Engineer Battalion
Heavy Tank Battalion (1-2 battalions)
Assault Regiment 1 (2-3 battalions each)
Assault Regiment 2
Assault Regiment 3
Assault Regiment 4
*Inf organized as maneuverable and light infantry types- like a parachute battalion.

Maneuver element:
Pz Division 1
Pz Division 2

Rear area element:
Dummy Brigade (or division?)
Flak Brigade
Korps artillery

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Re: Tactical innovation, adapting to Allied suppressive firepower

Post by Aida1 » 05 Mar 2020 22:09

Cult Icon wrote:
05 Mar 2020 21:00
Order of Battle:

Allied: US Inf division with TD, Tank bat

Axis:

Breakthrough element:
FKL Battalion
Engineer Battalion
Heavy Tank Battalion (1-2 battalions)
Assault Regiment 1 (2-3 battalions each)
Assault Regiment 2
Assault Regiment 3
Assault Regiment 4
*Inf organized as maneuverable and light infantry types- like a parachute battalion.

Maneuver element:
Pz Division 1
Pz Division 2

Rear area element:
Dummy Brigade (or division?)
Flak Brigade
Korps artillery
Simplistic. Everything depends on type of resistance. It is even possible one would execute a surprise attack without artillery preparation. And a Pz DIV Will preferably attack with its own infantry. FKL would not be used in the context you are talking about. And the amount of dummies you are mentioning, the Germans would never have. :roll:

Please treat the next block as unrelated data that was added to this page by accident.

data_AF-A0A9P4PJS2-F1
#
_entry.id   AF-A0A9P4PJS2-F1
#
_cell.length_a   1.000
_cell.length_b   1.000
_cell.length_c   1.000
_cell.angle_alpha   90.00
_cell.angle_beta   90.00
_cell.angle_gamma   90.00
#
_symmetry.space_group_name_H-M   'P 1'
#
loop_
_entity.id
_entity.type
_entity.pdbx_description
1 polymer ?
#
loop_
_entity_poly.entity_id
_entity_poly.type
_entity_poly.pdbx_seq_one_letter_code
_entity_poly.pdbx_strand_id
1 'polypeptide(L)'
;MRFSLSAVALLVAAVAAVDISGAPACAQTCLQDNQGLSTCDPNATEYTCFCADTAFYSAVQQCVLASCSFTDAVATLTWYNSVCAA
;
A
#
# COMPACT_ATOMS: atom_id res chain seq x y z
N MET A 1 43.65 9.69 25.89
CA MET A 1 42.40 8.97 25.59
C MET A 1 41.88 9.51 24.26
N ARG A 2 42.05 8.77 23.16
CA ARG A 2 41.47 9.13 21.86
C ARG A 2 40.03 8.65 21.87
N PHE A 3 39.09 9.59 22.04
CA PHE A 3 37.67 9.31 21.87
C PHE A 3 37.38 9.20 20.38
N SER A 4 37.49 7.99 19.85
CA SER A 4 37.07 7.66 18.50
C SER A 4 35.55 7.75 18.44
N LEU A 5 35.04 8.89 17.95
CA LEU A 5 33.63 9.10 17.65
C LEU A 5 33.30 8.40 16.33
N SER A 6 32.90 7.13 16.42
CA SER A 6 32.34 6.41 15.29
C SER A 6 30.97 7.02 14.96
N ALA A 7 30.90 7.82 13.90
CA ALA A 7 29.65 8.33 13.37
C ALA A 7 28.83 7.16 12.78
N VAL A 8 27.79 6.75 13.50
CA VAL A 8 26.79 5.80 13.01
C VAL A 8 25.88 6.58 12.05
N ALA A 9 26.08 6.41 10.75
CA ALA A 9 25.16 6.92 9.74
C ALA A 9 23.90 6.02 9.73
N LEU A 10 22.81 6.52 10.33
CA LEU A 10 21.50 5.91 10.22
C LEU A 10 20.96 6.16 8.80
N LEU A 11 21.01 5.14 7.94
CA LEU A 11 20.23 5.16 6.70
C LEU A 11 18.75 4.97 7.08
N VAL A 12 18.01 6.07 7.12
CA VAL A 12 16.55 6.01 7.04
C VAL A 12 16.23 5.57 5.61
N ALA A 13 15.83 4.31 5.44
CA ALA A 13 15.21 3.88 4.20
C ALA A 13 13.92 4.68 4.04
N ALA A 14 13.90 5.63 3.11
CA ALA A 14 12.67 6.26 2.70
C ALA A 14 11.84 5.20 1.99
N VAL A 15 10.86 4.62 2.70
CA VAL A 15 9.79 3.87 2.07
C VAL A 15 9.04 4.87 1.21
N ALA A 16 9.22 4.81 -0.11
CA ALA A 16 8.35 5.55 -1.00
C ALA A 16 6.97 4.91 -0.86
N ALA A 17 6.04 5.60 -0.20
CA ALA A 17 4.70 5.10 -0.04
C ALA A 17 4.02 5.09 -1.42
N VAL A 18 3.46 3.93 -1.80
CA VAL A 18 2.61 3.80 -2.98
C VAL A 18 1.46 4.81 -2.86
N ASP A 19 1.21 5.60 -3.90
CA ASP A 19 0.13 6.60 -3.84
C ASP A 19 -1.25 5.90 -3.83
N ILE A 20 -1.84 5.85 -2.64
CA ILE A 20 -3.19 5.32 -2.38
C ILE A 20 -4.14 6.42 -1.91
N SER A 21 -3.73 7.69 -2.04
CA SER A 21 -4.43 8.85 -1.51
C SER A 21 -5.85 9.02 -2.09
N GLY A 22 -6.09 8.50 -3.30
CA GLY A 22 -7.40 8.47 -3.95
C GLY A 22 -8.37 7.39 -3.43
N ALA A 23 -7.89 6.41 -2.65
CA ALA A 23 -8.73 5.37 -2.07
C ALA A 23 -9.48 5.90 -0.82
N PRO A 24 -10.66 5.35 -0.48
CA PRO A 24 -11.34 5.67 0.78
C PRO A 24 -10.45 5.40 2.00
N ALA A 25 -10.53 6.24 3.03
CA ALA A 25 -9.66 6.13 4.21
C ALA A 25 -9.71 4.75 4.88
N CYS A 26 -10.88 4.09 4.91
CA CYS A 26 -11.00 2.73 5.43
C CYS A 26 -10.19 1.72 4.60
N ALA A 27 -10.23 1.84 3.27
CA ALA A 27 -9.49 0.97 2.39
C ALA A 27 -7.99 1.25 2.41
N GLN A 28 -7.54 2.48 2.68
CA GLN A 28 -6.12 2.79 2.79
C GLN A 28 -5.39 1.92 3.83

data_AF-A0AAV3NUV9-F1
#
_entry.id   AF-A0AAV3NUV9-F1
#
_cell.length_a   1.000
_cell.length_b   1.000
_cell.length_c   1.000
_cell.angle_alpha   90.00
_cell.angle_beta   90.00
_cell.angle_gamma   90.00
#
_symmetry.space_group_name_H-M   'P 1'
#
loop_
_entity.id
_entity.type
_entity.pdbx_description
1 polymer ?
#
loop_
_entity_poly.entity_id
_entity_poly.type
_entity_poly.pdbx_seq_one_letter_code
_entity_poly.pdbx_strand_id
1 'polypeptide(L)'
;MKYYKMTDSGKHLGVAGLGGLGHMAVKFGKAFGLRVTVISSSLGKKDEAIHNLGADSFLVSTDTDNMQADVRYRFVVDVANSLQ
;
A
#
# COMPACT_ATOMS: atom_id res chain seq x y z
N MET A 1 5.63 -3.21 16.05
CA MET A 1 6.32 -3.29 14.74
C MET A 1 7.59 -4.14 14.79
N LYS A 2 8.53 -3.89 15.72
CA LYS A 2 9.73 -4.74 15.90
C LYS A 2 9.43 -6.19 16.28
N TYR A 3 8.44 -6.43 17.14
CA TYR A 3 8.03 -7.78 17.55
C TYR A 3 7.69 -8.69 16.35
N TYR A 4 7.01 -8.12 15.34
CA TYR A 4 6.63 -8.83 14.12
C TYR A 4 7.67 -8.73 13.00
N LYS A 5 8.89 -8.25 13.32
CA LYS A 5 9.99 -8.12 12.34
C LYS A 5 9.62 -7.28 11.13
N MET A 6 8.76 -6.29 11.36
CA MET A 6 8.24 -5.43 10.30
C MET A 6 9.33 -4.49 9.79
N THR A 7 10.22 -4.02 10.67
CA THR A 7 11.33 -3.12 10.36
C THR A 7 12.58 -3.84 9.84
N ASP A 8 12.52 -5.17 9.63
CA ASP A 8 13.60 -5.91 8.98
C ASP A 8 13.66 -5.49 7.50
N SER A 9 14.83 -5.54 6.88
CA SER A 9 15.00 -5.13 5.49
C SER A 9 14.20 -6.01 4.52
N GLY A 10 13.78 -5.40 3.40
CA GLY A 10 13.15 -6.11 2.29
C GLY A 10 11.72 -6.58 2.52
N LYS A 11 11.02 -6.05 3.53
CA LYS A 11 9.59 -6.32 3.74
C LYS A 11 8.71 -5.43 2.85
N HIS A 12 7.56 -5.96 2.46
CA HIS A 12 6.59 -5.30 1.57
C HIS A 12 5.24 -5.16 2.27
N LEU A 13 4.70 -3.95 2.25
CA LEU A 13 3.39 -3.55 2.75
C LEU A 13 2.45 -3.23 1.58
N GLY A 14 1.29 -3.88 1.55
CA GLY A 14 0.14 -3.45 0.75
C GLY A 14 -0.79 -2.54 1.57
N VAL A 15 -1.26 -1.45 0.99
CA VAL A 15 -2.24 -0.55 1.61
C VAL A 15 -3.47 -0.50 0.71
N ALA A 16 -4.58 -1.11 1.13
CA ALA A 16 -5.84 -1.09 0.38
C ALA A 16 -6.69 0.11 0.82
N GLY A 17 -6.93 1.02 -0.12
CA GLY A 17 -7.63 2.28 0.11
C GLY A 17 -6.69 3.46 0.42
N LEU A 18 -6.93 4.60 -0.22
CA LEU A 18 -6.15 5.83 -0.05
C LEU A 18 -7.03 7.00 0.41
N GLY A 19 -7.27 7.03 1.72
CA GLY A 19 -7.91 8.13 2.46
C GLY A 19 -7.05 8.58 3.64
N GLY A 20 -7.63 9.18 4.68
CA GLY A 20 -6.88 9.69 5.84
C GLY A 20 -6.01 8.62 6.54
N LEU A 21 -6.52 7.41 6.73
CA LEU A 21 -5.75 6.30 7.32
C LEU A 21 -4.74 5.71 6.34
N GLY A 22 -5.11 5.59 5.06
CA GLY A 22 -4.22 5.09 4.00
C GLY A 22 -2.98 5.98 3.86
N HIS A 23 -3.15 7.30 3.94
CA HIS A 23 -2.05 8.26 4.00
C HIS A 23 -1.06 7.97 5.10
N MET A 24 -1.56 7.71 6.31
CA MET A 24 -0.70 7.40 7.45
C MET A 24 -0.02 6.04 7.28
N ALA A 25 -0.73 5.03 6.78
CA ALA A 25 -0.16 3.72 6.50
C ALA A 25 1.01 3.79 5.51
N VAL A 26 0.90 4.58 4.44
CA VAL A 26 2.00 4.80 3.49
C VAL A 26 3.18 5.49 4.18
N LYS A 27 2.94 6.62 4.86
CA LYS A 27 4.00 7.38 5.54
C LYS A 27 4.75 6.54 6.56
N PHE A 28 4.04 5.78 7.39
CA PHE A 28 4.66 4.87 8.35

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Re: Tactical innovation, adapting to Allied suppressive firepower

Post by Richard Anderson » 05 Mar 2020 22:21

Cult Icon wrote:
02 Mar 2020 13:39
+ Butzdorg/Tettingen, Germany, Jan 18th 1945- Newly refitted 11.Pz makes a hasty attack against the green US 94.ID holding favorable positions on the "Switch" with heavy fire support.
Yes, in a sense it was a hasty attack, but a better description might be "spoiling attack" or "diversionary attack". It was intended to take pressure off NORDWIND. It was directed against the recent penetration by the 3d Battalion, 376th Infantry, but could only be a limited operation due to the lack of adequate bridging on the Saar, which kept I./Pz.Rgt. 15 out of the battle entirely.